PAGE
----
NRL admits ref made key errors in semi but leaves door open for finals return

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The NRL has conceded referee Ashley Klein made two errors during Friday night’s semi-final in Melbourne, but left the door open for the official to control next weekend’s preliminary final and the grand final.

Klein apologised to Sydney Roosters skipper James Tedesco immediately after he failed to pick up a Harry Grant knock-on in the 25th minute of the Storm’s dramatic 18-13 victory.

He then refused to penalise Sam Walker for hitting Grant in the head just before full-time, even though the NRL admitted on Saturday there were grounds for a penalty, which would have given Melbourne an easy kick for goal to, potentially, seal victory.

NRL head of elite competitions Graham Annesley said on Saturday the bunker was not permitted to overrule Klein on either occasion.

The refereeing errors opened the door for Gerard Sutton or Grant Atkins to return for one of next weekend’s preliminary finals after they were overlooked for this weekend’s semi-finals. Adam Gee was in charge of Saturday’s Warriors-Knights semi-final.

“It’s too early to tell and, to be frank, we haven’t even discussed it internally at this stage,” Annesley said of overlooking Klein. “I’m not going to speculate about the appointment of referees next week at the moment. It’s a decision to be made by NRL management in the coming days after we fully review both matches.

Sam Walker avoided being penalised for this contentious shot on Harry Grant.

“That first incident on Friday night was clearly a knock-on. It was just a judgment error by Ashley.

“Referees make split-second decisions, and on this occasion, he was wrong. He obviously knew it was wrong shortly afterwards because he did apologise. But they do not go out there to make mistakes. They are trying to get all decisions right.

“But the bunker cannot intervene with general play. It’s a fallacy the bunker is forever tipping referees during games. They can only intervene if the referee stops play for a review, if there’s a captain’s challenge, or if they think there has been foul play.”

Grant stayed down after Walker made contact with his head and even asked Klein to review the tackle.

Harry Grant is caught high by Sam Walker.Credit: Getty

The Storm trailed 13-12 at the time and a penalty would have given them a chance to take a shot at goal to move back in front. Had the Storm lost, the Walker tackle would have been a hot topic. The Storm were convinced the tackle was potentially worse than Paul Momirovski’s high shot on Cameron Munster approaching the hour, which was penalised.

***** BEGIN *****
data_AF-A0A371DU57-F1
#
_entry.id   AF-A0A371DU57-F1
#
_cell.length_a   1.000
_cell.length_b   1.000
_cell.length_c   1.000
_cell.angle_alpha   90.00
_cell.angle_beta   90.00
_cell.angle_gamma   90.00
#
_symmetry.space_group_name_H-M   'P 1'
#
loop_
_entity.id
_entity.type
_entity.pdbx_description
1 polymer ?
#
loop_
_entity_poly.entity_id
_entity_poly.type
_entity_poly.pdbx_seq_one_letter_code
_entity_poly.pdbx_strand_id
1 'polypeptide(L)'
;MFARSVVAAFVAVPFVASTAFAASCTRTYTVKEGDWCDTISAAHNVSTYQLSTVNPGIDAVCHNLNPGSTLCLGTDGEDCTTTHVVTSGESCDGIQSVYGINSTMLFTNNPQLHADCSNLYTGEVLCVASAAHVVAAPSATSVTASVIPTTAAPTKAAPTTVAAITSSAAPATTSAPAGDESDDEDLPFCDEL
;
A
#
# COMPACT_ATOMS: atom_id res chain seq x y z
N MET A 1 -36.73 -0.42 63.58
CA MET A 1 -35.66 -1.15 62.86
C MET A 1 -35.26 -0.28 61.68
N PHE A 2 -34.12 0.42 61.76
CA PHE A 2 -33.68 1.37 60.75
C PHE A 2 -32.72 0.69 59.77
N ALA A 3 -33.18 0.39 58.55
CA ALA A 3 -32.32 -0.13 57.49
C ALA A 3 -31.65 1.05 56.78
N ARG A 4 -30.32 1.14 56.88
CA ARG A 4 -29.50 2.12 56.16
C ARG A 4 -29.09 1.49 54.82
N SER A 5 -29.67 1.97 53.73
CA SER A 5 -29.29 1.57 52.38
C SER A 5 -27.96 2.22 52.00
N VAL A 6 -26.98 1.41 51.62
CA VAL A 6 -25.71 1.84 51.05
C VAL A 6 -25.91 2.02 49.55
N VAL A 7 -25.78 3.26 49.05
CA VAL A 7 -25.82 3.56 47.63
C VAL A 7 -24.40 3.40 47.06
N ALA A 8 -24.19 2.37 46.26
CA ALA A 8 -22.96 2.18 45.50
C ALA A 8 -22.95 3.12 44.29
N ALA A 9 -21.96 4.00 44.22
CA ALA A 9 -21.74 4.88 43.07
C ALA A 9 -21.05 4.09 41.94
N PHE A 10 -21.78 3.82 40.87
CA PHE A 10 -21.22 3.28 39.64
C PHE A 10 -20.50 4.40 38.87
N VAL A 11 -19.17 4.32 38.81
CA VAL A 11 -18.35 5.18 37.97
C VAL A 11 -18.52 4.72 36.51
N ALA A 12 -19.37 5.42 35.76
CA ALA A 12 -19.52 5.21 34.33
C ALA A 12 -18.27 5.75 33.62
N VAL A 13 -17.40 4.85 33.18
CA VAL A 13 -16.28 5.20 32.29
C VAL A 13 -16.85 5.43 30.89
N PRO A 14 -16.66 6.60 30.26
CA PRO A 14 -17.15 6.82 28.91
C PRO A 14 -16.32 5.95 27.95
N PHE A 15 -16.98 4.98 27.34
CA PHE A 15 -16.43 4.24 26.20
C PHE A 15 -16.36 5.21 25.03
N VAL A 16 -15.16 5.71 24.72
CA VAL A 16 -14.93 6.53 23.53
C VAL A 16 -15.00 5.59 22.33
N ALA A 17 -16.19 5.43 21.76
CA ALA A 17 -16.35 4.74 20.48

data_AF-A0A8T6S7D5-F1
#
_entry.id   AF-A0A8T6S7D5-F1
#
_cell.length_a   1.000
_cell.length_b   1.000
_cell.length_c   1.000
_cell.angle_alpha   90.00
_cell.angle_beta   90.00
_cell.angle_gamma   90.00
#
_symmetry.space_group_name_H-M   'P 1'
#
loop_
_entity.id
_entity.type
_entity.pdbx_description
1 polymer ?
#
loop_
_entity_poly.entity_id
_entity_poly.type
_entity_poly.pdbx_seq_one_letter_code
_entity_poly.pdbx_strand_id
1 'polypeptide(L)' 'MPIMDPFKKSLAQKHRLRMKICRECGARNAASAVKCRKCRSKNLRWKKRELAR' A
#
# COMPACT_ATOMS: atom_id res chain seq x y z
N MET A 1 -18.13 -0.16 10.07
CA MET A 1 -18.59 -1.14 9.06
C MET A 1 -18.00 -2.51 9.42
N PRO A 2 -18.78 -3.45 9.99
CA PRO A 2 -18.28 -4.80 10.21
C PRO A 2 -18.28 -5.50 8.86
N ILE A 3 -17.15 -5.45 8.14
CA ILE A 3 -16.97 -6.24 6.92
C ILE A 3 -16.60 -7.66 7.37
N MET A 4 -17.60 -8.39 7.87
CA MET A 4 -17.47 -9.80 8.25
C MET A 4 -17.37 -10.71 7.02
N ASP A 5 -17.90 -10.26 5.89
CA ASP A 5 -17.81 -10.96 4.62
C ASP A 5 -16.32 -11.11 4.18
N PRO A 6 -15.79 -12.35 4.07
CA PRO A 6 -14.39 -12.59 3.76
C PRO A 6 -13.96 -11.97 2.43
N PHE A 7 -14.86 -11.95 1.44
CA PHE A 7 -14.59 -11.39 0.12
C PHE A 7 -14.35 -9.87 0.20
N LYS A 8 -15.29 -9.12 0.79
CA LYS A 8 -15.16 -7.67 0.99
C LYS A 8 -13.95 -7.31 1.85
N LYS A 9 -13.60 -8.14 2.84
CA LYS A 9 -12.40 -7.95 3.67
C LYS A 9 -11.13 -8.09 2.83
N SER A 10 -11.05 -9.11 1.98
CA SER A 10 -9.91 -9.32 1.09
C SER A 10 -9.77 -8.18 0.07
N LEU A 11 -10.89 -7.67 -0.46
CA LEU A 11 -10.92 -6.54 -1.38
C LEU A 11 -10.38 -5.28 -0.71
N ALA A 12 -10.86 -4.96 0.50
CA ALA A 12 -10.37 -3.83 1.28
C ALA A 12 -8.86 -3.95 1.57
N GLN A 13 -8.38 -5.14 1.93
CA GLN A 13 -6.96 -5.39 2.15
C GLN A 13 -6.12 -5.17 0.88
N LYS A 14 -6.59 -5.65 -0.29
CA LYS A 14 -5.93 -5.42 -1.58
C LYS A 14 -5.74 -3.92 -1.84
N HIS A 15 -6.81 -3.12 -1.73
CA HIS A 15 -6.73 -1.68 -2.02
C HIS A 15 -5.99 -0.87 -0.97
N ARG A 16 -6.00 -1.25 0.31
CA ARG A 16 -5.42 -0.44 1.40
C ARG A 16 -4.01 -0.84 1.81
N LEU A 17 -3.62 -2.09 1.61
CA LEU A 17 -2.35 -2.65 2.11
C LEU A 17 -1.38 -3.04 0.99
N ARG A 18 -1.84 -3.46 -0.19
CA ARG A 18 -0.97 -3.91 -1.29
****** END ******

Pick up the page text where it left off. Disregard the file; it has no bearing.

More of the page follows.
“That tackle could have been ruled a penalty; there was contact to the head, and while we try to ensure contact with the head is acted upon, sometimes it gets missed,” Annesley said.

“Again the bunker could not intervene. We changed the rule from last year, which now requires the bunker to only intervene if they think a tackle needs to go on report. That was done to discourage players staying down and feigning injury, which we were seeing a lot last year.

“Because the bunker couldn’t intervene, Ashley could not go back and rule a penalty. Nor can we have referees looking at the big screen and suddenly becoming a ‘second bunker’. He can only rule what he sees in the moment.”

Klein sensationally apologised to Tedesco for missing the Grant knock-on, which allowed the Storm to march down the field and score, rather than allow the Roosters to remain on the attack.

“I thought he got his arm underneath it,” Klein said to Tedesco on the field.

Tedesco said: “That wasn’t even close … and they could have challenged it. Sir, you’ve got to give us the benefit of the doubt. That was obvious.”

Klein responded: “I only call it as I see it, OK? I apologise.”

Roosters coach Trent Robinson said after the game: “It was pretty clear that it was dropped. He was right there, it hit the ground, what can you do? It was an error, and then they went down the other end and scored.”

Storm counterpart Craig Bellamy agreed Grant had knocked on, and said it was a “big call, or big non-call”.

“But having said that, it’s hard to blame the referee for everything,” Bellamy said. “He’s got touch judges and guys in the bunker and that sort of stuff.”

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